So I took the various recommendations for stand-up comedians (thanks to all who commented), but I’m left (mostly) feeling like Noah with Achewood. Mostly obvious jokes delivered with the assumption that being on stage is a virtue. Demetri Martin, Zach Galifainakis, pretty flat I thought.
Even Patton Oswalt, who’s likable enough, seems to base his routine on statements of obvious facts? Like his 80s metal bit– metal has always gleefully parodied itself. His descriptions aren’t as funny as the music videos.
I liked Jim Gaffigan, though. His routine doesn’t seem like an audition for a sitcom. And it’s intricately designed for the stage, which I appreciate.
More generally– he also seemed like the only comedian not just taking shots at people. He layers it so he’s often the butt, or you can’t tell who’s the butt. But Patton Oswalt just seems like this guy who makes fun of people different than him (getting back to what Miriam said) while standing above it all.
I could be wrong, as I’ve only watched three or four clips for each. But I can say it’s a trend in American humor. The Daily Show, say, does a lot of media commentary, but on slow news days they humiliate civilians on the street. I think it’s rather American– I recall an essay in the English film journal Sight & Sound about a rash of American indie docs that ridicule their subjects. (American Movie, Michael Moore, anything set in the rural South, the camera loves rubes and freaks.)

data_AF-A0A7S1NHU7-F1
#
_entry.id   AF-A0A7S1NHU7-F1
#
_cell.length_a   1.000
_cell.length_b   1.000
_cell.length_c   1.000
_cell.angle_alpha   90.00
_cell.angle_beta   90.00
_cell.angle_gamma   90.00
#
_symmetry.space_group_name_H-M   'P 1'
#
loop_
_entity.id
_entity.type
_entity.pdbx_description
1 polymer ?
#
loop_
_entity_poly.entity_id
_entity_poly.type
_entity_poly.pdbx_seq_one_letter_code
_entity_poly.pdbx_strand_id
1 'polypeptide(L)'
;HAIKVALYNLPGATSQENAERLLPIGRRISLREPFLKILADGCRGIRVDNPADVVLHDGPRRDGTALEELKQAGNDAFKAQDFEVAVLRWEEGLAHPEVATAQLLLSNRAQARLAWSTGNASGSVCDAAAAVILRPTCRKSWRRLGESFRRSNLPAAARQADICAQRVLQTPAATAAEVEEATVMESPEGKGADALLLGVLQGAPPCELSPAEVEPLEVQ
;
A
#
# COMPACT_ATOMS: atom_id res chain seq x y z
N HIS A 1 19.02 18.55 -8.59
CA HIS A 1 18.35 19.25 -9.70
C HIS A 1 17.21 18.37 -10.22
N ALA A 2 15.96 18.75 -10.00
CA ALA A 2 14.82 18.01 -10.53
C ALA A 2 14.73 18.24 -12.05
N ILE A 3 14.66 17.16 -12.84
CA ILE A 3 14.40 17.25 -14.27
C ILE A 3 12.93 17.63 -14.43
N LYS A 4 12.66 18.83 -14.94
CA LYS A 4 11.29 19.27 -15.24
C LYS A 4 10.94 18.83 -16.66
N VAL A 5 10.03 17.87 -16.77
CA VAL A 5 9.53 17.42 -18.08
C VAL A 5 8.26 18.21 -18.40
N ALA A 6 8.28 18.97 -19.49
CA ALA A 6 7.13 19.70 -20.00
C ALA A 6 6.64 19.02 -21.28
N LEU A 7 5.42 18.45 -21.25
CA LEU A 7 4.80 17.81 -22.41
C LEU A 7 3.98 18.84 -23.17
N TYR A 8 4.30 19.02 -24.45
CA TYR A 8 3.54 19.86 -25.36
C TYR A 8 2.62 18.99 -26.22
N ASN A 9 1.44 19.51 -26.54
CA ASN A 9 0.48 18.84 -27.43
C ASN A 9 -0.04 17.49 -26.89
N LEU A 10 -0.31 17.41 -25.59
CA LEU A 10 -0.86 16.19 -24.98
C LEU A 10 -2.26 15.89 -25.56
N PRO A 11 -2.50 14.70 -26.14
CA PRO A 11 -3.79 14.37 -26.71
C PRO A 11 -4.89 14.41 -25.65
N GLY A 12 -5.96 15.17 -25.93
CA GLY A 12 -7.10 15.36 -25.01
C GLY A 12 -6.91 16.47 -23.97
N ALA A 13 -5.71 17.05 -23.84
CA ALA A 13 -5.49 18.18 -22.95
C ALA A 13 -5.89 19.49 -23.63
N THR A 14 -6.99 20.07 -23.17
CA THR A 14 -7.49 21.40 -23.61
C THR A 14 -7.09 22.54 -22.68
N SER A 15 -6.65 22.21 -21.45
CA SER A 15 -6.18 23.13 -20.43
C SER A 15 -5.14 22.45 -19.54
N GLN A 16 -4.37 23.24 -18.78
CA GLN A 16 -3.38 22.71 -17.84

So the comedian/filmmaker’s in control and unassailable. Feh. I’d rather watch them suffer as the fee for my attention.
Japanese comedy duo, did manzai standup until ’91, now mostly variety shows. Brilliantly inventive & cruel variety shows.
I like their “No Laughing” year-end specials. Like 2007’s “24 Hour Absolutely No Laughing Hospital,” with punishment games if someone laughs. Plenty of ridicule and humiliation, but all aimed at the show’s hosts, who dress as nurses and get whipped whenever they laugh.
Scores of comedians gang up on them to make them laugh. Elaborate gags, huge production numbers, random appearances by Black Jack. What’s not to like?
Comics connection: early in the show, UMEZU Kazuo, author of The Drifting Classroom and Cat-Eyed Boy, shows up as part of the hospital’s Special Rescue Team. The training drill requires him to sprint to a dummy & revive it. (He’s in his 70s.)